Masterpiece Cakeshop day: Did justices ask what this wedding cake was supposed to look like?

It's a wedding day, sort of, at the U.S. Supreme Court, with legions of activists and journalists (and folks who are both) lining up to hear oral arguments in the much-discussed case of Masterpiece Cakeshop, Ltd. v. Colorado Civil Rights Commission.

One of the main challenges facing journalists is this: How should they frame the issues in this First Amendment case? In other words, is this a religious liberty (no "scare quotes," please) case about a religious minority, an artistic expression case or, as the title implies, a case that is essentially about civil rights?

Based on what I have been reading, the legal team for bakery owner Jack Phillips is planning -- preaching to Justice Anthony Kennedy, of course -- to focus on issues of artistic expression, as much or more than on religious liberty.

With that in mind, readers will want to pay attention to two specific issues in mainstream news coverage of the oral arguments at the high court.

First, does the coverage mention that Colorado officials have, on three occasions, declined to force pro-gay bakers to provide Christian or conservative customers with cakes containing creative content that would violate liberal political and religious beliefs on sex and marriage. In other words, Colorado recognized the First Amendment rights of those cake artists.

Second, will the justices strive to find out precisely what kind of cake Charlie Craig and Dave Mullins were seeking when they sought the services of a baker famous for his custom-designed and intricate cake creations.

Why ask that second question? Consider this crucial passage in the National Public Radio advance story, which ran online under this headline: "A Supreme Court Clash Between Artistry And The Rights Of Gay Couples." The key voice here is that of Kristen Waggoner, of Alliance Defending Freedom:

"The First Amendment protects the right of all Americans to decide what they will express and when they will remain silent," she continues. "It's fundamentally different than saying to someone, 'I will not serve you just because of who you are.'" This case, she maintains, "is about the message."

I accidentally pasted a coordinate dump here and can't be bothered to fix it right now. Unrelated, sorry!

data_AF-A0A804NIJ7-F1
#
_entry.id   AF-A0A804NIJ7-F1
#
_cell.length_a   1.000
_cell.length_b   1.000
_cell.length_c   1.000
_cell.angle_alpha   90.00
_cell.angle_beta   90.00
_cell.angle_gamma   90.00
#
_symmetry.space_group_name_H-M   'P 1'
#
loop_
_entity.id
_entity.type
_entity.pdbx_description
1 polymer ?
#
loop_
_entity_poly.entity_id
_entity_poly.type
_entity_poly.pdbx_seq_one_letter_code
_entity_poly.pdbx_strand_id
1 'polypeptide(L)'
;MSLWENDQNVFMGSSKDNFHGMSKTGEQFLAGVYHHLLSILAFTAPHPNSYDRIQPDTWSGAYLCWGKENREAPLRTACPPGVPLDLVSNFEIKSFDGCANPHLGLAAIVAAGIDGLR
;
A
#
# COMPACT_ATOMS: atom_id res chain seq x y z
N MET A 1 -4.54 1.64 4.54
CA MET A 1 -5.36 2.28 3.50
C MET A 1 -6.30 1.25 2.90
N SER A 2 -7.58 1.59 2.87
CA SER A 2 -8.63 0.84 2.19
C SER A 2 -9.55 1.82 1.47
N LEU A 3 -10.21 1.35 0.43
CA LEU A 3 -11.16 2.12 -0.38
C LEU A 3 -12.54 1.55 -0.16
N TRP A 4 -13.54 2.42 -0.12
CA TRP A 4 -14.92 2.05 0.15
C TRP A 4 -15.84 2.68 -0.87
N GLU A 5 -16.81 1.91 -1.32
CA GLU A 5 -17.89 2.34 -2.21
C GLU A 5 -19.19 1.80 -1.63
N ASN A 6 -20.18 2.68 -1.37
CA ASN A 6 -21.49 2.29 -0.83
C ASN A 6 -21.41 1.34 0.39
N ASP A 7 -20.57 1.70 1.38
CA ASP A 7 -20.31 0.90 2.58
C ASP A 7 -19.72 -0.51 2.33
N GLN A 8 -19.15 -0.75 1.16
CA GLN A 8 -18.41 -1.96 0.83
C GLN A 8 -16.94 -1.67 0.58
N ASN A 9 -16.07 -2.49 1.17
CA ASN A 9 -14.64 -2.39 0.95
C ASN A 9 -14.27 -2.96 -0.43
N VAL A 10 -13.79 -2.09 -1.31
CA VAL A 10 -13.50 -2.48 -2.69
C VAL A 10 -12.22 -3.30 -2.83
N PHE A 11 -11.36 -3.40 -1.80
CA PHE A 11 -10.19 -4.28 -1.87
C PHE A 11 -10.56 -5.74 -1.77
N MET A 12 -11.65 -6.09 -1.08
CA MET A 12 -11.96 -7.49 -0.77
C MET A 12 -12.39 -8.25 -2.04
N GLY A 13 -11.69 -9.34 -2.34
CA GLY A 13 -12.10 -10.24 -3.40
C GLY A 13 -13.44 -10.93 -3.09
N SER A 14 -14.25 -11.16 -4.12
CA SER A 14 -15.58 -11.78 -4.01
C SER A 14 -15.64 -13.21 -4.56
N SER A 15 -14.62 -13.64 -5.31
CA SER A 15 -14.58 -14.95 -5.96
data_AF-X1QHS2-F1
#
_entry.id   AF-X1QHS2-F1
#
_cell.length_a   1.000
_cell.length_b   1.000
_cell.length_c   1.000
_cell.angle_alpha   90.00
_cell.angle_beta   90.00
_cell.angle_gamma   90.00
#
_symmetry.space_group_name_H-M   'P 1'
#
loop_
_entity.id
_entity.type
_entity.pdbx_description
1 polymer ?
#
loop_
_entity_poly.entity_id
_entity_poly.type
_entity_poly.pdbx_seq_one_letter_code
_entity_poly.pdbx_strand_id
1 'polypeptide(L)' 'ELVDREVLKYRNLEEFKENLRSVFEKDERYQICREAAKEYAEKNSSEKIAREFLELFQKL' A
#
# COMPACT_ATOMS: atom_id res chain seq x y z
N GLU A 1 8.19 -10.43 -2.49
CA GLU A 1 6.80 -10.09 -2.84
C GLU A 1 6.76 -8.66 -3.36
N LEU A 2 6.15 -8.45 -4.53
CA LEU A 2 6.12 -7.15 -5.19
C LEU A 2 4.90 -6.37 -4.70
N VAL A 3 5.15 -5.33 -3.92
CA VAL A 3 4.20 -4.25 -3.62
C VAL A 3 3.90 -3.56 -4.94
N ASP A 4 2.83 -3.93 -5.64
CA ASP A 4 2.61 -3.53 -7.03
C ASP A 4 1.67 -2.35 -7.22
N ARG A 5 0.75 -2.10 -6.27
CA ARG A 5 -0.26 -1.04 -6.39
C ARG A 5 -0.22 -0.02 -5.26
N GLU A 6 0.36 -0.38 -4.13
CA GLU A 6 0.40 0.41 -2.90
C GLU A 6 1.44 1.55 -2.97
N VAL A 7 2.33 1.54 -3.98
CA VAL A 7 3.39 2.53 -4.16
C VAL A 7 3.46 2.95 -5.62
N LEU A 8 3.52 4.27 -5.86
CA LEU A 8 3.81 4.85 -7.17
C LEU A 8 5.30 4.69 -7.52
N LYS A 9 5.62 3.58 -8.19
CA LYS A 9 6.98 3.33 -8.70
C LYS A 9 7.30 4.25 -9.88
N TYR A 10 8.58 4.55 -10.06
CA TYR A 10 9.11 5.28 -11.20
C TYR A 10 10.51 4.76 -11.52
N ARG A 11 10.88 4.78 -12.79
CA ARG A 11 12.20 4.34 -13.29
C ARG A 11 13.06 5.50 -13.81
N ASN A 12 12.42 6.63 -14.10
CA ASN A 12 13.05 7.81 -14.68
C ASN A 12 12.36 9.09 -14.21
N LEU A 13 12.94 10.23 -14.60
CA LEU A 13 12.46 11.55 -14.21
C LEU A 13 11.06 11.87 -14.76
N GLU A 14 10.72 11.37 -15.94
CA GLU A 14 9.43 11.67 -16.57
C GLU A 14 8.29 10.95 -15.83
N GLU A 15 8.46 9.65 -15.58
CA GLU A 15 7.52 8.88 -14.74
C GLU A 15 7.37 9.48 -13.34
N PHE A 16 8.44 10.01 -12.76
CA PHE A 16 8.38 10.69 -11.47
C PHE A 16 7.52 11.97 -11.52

All agree there was no discussion of any writing on the cake or its design. The message, Waggoner contends, is the fact that this is a cake announcing a same-sex wedding.
Even if Mullins and Craig wanted a simple three-tiered white cake without writing, the First Amendment protects Jack Phillips' artistic and religious right not to create it, she argues.
The state of Colorado disagrees, backed by leading First Amendment lawyers who argue the case is not about freedom of speech.

If you read other reports, it's clear that Phillips believes that he was being asked to create a custom cake like the other wedding cakes that consistently drew customers to his shop. That would automatically include creative content.

So why were these details not discussed on that pivotal day? Apparently because the conflict with Craig and Mullins developed so quickly that there was no time to discuss design. Phillips offered them their choice of ordinary wedding cakes and they were offended and left the shop. Here's his point of view:

A: ... Our whole interaction was 20 seconds, no more than 30 seconds of conversation. But one of them [Craig] also came with his mom, and she was sitting at a table … I’d say 12, 15 feet away. She couldn’t hear what was going on, and she called me the next day and said, ‘So what was all this about?’ And I was able to explain clearly to her so she could relay it to them.